Sometimes it could be clear that it refers to some precise quantity (e.g. the absolute value of a scalar acceleration along a curve, like when you are driving a car and keep an eye on the odometer), but without further context it has no rigorous meaning.

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According to this definition, "deceleration" is undefined.

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  • $\begingroup$ To the downvoter: Perhaps you can explain why this answer is not responsive to "According to the definition (1) what is a deceleration?" and therefore responsive to the use of this undefined term in OP's (2). $\endgroup$ – Eric Towers May 5 '18 at 19:21
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    $\begingroup$ I didn't downvote, but any answer this short is bound to attract downvotes. Your comment is more detailed than your answer! $\endgroup$ – Chappo Hasn't Forgotten Monica May 27 '18 at 2:33
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Acceleration's the rate of change of a body's velocity.

  • Deceleration refers to the decrease in the absolute value of the velocity. Definition (1) defines a case of deceleration when $a(t)<0$ when $\mathbf v(t)>0$, or $a(t)>0$ when $\mathbf v(t)<0$. It's just a fancy word to describe a body which is slowing down.
  • In definition 2, $v$ will always be positive, because speed is a scalar quantity. But the direction of change of velocity can be negative. Consider a body moving with a constant speed in a curved path on the following plane. enter image description here Even though the vertical component of velocity is positive, it is constantly decreasing, so we can call this deceleration along the y axis, even though we have simultaneous acceleration along the x axis. $\mathbf v_\mathbf y=v\times cos(kt)$, where k is some constant.Putting this in equation 2,$\textbf{a}(t)=-vk \times sin(kt)$, which is negative for the range of $t$ values we're considering.
  • For circular motion, we call it centripetal acceleration because it's always positive. the formula, which is derived here: A simple derivation of the Centripetal Acceleration Formula?, is $a=v^2/r$. $v$ is speed, which is a scalar and is thus always positive, and $r$ is radius, which is positive again, so $a>0$.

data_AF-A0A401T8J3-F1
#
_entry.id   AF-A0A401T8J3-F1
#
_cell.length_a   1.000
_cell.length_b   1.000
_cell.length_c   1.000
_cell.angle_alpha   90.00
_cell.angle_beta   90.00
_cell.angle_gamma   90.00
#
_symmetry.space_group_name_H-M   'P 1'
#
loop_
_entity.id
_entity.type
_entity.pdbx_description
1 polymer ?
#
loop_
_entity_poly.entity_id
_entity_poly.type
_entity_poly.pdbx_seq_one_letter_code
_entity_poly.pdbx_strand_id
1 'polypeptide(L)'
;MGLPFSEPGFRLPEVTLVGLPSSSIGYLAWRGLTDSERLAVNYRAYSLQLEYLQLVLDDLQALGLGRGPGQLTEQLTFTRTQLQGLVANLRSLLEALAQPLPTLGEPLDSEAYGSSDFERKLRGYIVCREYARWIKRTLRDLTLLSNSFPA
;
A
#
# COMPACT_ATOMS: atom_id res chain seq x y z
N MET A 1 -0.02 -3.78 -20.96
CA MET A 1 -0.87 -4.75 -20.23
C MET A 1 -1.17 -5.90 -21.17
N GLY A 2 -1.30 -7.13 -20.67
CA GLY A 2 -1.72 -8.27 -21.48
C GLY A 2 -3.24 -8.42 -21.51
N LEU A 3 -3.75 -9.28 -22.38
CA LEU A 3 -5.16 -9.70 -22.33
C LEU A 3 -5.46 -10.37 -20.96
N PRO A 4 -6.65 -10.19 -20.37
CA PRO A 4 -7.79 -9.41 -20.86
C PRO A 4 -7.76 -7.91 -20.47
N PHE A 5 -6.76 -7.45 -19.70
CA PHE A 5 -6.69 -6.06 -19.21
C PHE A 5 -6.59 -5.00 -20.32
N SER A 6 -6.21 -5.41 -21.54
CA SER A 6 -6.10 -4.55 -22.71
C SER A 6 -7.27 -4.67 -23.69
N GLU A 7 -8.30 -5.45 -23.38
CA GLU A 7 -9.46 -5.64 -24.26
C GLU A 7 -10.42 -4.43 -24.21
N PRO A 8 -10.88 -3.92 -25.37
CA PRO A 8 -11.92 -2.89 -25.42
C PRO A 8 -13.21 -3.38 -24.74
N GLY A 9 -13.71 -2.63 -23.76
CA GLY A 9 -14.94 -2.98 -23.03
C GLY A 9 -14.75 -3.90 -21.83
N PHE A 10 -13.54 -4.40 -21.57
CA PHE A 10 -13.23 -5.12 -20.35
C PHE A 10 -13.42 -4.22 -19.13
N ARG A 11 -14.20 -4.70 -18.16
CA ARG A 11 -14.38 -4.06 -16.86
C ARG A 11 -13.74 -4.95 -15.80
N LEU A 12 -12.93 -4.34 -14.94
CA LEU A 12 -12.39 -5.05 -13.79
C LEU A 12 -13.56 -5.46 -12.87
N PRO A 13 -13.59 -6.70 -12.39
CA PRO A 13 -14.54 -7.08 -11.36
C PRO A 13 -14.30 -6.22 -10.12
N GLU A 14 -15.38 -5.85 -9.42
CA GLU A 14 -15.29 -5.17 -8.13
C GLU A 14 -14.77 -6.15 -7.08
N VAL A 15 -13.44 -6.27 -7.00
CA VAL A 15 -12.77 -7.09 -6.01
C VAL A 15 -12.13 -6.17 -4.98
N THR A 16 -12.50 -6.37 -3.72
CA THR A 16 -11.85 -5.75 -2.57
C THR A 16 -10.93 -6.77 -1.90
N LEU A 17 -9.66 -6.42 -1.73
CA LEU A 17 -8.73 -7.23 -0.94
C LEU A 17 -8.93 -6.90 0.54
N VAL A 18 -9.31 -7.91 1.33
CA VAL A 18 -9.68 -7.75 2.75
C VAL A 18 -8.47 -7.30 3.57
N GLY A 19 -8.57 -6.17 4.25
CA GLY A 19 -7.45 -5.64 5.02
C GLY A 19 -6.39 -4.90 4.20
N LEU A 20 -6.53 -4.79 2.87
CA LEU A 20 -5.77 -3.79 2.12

However, in physics (from what I've seen), we don't use the word deceleration frequently, because as I showed earlier, it's simple when the velocity is positive, but when we're dealing with a body with a negative and changing velocity, it gets messy. It's more suitable for explaining things we see, and isn't easily compatible with math.

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    $\begingroup$ Negative acceleration isn't necessarily deceleration, if the body is traveling in the negative direction. In the case of throwing a ball vertically, the acceleration due to gravity is constant. For the first half of the trip, that constant acceleration decelerates the ball (decreasing speed), and then accelerates it for the second half (increasing speed). $\endgroup$ – Nuclear Hoagie May 4 '18 at 12:33
  • $\begingroup$ Thanks! I'll add a little clearer definition which emphasizes that the absolute value of the velocity is decreasing. $\endgroup$ – user191954 May 4 '18 at 12:36
  • $\begingroup$ As alluded to in the other answer, the choice of rest frame makes a difference. Consider a car going from rest to 90km/h relative to the ground, while a train travels in the same direction at a constant 50km/h relative to the ground. From a ground observer's viewpoint, the absolute value of the car's speed increases monotonically. From a train observer's viewpoint, it decreases from -50 to zero, then continues to increase from zero to +40. Even though the sign of $$dv/dt$$ is always positive, the train observer might call this deceleration then acceleration. $\endgroup$ – Ross Presser May 4 '18 at 17:55